Saturday, 25 April 2015


US company Northeast Utilities announced plans to outsource its entire IT department to India this week, wreaking havoc across the company, causing top people to head for the exit and putting the business at risk from disgruntled employees. Slashdot described the move as insanity, especially if it is an attempt at encourage attrition to reduce severance costs, but this rings of insanity on a different level for me.

In the UK we have an unemployment problem, particularly in young people between the ages of 16 and 21. For one reason or another, some of them won’t follow a path through university, and even those that do will need jobs while they study to make ends meet.

Why are we not creating apprenticeship academies to develop young talent? Wouldn’t it make more sense to teach them how to satisfy the needs of industry rather than ship the work to other countries?

There are three reasons why outsourcing is a false economy.

  • First, if you have ever worked with an outsourcing company you will know that the churn rate of staff is very high, your knowledge retention is very low and what seems to be a cheap resource seldom provides the expected value.
  • Second, the basic argument that offshoring is cheaper is flawed. The usual rate for a software developer based in India is around £125 a day, they are often university students with limited experience and are managed by more expensive “application architects”. Managing projects at a distance is harder, so if projects overrun, lower day rates don’t necessary mean lower costs. By contrast, the salary cost of an apprentice  in the UK is under £20 a day a 16 to 19 year old and £35 a day for a 19 to 21 year old.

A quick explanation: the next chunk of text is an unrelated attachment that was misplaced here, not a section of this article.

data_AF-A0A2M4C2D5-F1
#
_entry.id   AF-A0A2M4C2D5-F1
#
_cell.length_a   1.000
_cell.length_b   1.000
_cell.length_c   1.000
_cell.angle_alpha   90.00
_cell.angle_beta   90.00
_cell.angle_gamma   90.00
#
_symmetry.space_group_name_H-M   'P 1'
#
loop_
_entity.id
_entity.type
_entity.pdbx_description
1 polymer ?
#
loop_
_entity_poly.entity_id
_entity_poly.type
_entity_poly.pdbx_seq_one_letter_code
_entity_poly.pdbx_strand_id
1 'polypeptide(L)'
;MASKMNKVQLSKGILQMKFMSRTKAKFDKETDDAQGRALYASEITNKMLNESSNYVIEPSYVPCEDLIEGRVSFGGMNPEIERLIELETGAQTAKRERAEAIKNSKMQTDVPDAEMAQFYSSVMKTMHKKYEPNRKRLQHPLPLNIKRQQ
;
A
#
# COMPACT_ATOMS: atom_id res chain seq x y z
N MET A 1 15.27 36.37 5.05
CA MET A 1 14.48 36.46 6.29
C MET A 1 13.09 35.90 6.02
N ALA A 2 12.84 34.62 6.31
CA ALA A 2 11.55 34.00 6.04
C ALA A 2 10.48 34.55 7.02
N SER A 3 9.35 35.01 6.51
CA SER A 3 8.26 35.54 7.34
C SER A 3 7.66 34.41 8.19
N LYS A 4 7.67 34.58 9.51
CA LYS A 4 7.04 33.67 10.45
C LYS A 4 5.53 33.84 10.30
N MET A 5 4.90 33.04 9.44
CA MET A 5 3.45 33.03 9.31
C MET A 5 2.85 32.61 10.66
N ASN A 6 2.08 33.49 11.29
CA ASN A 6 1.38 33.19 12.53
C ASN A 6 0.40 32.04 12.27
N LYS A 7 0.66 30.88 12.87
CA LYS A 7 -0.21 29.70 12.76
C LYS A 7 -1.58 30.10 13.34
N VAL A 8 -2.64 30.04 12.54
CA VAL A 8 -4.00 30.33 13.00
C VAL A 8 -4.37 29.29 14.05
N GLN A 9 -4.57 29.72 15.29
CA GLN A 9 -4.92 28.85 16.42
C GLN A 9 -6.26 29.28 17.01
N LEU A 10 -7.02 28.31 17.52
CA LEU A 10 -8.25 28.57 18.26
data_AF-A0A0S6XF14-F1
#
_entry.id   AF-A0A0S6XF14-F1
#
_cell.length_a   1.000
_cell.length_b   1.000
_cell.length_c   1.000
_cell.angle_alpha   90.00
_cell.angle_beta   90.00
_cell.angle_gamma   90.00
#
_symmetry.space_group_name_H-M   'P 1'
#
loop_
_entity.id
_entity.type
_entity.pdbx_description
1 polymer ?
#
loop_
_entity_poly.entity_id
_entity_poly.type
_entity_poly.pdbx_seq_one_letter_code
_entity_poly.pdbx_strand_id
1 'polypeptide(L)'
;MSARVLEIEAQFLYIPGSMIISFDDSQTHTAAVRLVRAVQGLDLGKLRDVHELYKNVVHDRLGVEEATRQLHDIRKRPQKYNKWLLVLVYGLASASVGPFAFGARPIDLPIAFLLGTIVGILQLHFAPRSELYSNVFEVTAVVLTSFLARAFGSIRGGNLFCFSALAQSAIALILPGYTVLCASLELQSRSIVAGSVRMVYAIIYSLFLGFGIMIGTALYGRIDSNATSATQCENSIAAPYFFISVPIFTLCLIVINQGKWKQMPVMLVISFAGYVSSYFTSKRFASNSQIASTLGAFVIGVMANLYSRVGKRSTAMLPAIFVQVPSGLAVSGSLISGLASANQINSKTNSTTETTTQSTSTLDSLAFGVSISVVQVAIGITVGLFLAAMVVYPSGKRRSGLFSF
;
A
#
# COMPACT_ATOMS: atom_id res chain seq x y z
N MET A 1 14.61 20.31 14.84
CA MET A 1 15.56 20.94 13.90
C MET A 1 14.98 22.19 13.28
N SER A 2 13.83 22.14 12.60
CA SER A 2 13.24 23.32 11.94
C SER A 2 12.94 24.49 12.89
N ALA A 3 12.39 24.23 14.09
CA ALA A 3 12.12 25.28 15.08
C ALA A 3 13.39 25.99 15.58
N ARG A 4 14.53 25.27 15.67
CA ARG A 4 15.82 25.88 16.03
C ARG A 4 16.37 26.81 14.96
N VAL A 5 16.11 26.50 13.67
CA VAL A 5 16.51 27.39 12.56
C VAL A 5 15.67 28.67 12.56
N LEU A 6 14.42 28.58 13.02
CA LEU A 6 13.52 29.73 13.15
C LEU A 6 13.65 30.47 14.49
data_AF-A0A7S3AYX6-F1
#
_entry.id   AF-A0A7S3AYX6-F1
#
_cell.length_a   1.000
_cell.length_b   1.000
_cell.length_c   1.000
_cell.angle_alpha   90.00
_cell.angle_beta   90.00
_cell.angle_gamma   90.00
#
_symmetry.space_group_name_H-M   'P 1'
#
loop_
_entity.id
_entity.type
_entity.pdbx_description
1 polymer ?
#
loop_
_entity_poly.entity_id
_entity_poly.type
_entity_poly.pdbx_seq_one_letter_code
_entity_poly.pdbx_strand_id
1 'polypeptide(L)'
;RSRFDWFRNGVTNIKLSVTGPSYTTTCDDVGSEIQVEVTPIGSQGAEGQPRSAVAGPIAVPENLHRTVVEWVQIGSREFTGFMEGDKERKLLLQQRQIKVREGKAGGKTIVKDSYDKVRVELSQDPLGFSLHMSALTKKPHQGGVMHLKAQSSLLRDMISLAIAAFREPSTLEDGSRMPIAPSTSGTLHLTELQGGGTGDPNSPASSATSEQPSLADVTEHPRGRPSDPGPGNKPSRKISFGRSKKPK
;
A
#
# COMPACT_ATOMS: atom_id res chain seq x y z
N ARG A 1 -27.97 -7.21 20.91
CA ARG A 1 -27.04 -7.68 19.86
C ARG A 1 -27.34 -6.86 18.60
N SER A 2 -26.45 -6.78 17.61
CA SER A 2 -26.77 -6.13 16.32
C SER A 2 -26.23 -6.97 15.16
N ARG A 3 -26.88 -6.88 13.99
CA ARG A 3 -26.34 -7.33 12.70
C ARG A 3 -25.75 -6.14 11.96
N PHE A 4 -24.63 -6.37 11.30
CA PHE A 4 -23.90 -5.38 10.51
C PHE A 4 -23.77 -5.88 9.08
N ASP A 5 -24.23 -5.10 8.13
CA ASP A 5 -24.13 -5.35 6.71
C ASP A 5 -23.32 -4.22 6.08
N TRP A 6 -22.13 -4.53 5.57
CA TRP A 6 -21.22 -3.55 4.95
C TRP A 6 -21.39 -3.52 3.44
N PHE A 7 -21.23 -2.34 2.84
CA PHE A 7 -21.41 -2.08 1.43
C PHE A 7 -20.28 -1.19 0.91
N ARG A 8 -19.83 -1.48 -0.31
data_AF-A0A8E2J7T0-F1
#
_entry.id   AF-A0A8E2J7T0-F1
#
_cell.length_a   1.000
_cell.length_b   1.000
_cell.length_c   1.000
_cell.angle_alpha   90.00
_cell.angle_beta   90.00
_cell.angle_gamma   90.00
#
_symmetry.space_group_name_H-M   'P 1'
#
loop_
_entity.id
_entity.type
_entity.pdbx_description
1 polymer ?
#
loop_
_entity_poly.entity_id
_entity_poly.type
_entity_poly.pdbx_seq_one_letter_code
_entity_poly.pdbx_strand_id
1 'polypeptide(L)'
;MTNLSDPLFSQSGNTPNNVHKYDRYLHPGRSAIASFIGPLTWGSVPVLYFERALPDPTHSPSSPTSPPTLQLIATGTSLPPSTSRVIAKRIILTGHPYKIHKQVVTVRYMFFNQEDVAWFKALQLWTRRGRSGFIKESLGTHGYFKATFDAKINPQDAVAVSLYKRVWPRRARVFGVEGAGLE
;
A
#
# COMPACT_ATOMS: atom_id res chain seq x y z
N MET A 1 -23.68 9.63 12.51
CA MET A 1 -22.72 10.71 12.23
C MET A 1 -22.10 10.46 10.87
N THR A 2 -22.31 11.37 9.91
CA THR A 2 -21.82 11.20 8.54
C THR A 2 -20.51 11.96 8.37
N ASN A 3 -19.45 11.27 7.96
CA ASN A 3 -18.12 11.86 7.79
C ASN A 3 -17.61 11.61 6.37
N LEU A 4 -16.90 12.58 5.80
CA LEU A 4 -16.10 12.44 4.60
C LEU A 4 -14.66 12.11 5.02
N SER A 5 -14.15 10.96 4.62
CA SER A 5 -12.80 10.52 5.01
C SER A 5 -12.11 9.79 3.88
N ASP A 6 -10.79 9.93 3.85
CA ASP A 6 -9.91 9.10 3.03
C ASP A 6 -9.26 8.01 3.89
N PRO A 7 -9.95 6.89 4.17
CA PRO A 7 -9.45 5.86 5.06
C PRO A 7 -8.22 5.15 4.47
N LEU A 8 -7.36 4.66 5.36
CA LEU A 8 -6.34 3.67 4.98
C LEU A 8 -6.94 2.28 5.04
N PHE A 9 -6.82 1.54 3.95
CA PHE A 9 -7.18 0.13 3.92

• Third, there are wider social and economic arguments for apprenticeship. After finishing an apprenticeship, the majority of apprentices (85%) will stay in employment, with two-thirds (64%) staying with the same employer. Source: Evaluation of Apprenticeships for Learners, BIS, May 2012. A third (32%) of all former apprentices had received a promotion within 12 months of finishing, and of those in work, three-quarters  reported taking on more responsibility in their job. Source: Evaluation of Apprenticeships for Learners, BIS, May 2012. Employers think that qualified apprentices are 15% more employable than those with other qualifications. Source: ICM Employers Research, 2013

There is huge demand for skills in ecommerce, mobile, master data management and cloud computing and some of the biggest players in these markets are based on open source. UK government policy is to use open source solutions in the public sector unless there is a compelling reason to go elsewhere. Just this week, the government announced plans to stimulate further open source procurement in NHS IT.
If apprenticeship academies are the question, perhaps sponsorship by the powerhouses of open source – companies like Magento, Talend, Bonitasoft and Ubuntu - may be part of the answer.
I did not go to university. I did an indentured apprenticeship in mechanical engineering and I still regularly call on the skills learned during that part of my life. The bigger lesson it taught me is that we need to give young people more than one route to a career if we want to give them – and us - the chance of a bright future.

I am looking to put together a team of like minded and skilled people to help set up a pilot for rightsourcing in the UK. If you want to get involved then get in touch with me at Because this is something we should be doing.